NUS conference opens with apology to Jewish students

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NUS conference opens with apology to Jewish students

NUS leaders tell Jewish students 'You have been let down by the very organisation that you should have been able to trust the most'

Lee Harpin is the Jewish News's political editor

Previous NUS conference in Harrogate
Previous NUS conference in Harrogate

The National Union of Students have repeated its apology to Jewish students over the “failure to address antisemitism head on” at the start of a two-day conference.

In a move intended to show the body’s commitment to the findings of Rebecca Tuck KC’s damning investigation into antisemitism claimsChloe Field, NUS vice president for higher education, and Nehaal Bajwa, vice president for liberation and equality, read out statements in front of delegates at the event in Harrogate.

Field, who has taken over as interim leader of the organisation after Shaima Dallali was dismissed as president earlier this year, announced: “We really want to open conference today with a moment of accountability for NUS and a moment of humanity towards our Jewish friends and members.

“On behalf of NUS today and the past, I am genuinely, truly sorry that it has taken us so long to address antisemitism head-on.

“You have been let down by the very organisation that you should have been able to trust the most. My team and I will do everything that we can do to make sure that you never have to fight this fight on your own again.”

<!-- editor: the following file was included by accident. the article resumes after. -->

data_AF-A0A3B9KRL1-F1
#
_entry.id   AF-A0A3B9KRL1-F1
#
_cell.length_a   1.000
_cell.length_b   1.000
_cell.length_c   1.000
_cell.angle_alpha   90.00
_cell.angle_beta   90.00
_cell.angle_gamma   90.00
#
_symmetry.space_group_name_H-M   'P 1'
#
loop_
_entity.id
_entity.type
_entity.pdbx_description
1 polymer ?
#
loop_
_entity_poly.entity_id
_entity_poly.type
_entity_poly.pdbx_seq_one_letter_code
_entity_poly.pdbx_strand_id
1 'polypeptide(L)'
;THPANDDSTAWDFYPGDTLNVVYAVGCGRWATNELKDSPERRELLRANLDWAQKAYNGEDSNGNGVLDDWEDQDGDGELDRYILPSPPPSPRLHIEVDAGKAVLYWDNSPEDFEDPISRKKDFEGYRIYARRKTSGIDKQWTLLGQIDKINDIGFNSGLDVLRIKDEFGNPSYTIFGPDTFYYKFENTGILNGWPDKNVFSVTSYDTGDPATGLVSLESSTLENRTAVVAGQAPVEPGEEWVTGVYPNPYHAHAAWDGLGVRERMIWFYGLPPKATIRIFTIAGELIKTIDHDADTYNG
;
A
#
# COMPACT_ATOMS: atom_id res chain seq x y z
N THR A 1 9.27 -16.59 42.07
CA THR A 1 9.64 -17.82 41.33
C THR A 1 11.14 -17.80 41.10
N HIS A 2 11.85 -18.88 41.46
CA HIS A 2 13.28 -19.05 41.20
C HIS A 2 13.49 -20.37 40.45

She added:”Let us say this to anyone in doubt: antisemitism is real and it is happening in student politics today. Antisemitism is an attack not just on Jewish people, but on all of us and the shared values we hold.”

Bajwa urged students to look closely at their own friendship groups and societies to establish any further signs of antisemitic conduct.

Union of Jewish Students president Joel Rosen later welcomed the apology tweeting: “A very different feel to the conference this year. Feel incredibly proud of the change we’ve collectively made and are making in the student movement.

“It is bittersweet as there are generations of Jewish students who didn’t get to witness moments like these.”

Rebecca Tuck’s investigation into antisemitism following outrage over historic posts by NUS president-elect Shaima Dallali and widespread allegations by Jewish students that antisemitism was widespread within the organisation over a lengthy period of time.

Dallali was dismissed as president last November after Tuck concluded there had been “significant breaches” of union policy by her.






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